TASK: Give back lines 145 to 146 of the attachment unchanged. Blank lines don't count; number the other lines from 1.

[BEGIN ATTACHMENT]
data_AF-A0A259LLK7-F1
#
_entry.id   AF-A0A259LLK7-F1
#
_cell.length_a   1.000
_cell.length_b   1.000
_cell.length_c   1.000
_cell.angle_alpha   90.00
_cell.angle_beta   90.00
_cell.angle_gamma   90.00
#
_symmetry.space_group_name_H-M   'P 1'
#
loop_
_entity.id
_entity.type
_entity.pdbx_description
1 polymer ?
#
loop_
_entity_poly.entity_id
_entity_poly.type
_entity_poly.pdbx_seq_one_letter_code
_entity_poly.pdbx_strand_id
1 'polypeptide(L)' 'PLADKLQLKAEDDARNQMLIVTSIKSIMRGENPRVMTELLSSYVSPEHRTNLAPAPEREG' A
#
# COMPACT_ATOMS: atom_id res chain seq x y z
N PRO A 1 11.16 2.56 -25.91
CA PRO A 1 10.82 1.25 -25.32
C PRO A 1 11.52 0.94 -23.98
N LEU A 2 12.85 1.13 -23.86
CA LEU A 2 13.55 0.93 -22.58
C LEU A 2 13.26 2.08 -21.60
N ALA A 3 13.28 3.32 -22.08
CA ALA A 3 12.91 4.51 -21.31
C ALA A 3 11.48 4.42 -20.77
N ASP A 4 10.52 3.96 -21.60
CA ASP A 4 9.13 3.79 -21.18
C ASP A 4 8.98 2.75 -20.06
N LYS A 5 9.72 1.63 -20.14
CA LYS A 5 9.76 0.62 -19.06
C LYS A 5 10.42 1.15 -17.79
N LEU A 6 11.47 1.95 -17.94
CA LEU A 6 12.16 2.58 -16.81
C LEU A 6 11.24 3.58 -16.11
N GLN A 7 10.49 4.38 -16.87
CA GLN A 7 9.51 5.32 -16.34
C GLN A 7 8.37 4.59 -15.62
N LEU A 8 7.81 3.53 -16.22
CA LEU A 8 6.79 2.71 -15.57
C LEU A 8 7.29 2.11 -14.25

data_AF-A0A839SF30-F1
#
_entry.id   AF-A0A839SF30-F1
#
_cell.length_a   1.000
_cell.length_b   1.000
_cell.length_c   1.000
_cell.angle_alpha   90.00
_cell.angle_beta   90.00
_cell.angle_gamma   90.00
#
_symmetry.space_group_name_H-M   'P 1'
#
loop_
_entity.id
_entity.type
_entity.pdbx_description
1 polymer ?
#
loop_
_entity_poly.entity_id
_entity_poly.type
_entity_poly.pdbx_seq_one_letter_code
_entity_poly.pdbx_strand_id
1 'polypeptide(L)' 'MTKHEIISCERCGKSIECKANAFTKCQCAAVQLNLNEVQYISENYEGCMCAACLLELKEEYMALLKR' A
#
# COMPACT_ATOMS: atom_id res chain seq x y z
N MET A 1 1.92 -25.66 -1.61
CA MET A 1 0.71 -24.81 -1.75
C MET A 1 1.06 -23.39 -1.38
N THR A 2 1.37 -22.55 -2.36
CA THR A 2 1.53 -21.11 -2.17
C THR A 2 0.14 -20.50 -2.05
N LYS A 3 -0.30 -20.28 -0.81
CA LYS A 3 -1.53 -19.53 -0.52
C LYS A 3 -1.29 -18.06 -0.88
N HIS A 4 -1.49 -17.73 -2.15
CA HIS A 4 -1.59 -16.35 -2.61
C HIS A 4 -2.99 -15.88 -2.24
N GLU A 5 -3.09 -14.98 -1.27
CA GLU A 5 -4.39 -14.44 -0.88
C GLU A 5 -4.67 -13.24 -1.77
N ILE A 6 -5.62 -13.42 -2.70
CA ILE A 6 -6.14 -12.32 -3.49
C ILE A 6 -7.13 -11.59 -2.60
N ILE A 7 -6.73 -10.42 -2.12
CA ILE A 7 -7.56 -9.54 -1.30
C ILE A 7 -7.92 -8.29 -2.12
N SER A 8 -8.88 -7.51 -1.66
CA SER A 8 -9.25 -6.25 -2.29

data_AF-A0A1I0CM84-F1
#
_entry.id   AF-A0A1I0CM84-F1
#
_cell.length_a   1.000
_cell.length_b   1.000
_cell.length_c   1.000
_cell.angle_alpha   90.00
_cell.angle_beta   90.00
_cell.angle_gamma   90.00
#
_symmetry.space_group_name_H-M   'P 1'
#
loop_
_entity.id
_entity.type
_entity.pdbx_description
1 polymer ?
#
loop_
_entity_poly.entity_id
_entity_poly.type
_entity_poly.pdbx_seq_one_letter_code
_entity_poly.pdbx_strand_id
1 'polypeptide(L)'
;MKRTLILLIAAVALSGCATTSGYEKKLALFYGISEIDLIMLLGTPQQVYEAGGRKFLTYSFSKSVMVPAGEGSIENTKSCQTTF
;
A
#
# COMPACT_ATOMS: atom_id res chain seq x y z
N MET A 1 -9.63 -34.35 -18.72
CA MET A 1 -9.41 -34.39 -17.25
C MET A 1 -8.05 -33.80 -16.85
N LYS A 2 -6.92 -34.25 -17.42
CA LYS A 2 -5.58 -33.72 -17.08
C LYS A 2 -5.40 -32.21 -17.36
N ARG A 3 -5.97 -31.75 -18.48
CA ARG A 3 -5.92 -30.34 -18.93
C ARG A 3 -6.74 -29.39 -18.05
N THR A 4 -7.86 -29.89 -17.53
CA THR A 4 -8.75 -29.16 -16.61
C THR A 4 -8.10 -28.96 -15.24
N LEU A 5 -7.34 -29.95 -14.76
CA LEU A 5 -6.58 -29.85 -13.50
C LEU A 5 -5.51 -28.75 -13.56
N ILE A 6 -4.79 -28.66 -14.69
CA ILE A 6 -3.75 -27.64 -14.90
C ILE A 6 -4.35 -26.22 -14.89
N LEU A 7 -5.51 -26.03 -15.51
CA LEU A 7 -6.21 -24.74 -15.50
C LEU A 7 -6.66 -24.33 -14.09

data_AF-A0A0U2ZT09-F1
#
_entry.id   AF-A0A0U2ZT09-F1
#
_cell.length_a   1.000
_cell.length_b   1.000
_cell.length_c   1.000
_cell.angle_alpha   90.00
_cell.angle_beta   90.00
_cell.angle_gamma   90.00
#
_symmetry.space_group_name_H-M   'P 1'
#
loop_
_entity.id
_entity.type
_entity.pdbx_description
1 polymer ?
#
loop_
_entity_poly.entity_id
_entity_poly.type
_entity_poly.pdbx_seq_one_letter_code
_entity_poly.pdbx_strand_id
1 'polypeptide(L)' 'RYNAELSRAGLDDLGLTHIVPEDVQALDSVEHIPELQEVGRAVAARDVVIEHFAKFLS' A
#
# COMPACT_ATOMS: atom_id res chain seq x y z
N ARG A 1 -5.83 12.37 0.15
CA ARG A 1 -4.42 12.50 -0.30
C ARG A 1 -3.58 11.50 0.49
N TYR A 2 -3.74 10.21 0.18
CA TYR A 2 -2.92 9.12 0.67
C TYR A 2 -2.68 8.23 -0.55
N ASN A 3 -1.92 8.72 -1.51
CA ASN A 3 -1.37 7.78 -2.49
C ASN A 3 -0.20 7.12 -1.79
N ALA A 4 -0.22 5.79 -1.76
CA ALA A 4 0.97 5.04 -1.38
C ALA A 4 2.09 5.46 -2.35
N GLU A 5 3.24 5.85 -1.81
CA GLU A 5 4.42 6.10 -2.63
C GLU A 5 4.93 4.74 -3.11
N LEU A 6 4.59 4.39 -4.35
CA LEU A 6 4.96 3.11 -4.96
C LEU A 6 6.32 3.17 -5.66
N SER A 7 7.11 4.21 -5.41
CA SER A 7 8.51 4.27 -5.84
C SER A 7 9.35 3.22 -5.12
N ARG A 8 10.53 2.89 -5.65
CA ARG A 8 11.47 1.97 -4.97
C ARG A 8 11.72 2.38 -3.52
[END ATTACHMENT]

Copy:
CA LEU A 5 -6.58 -29.85 -13.50
C LEU A 5 -5.51 -28.75 -13.56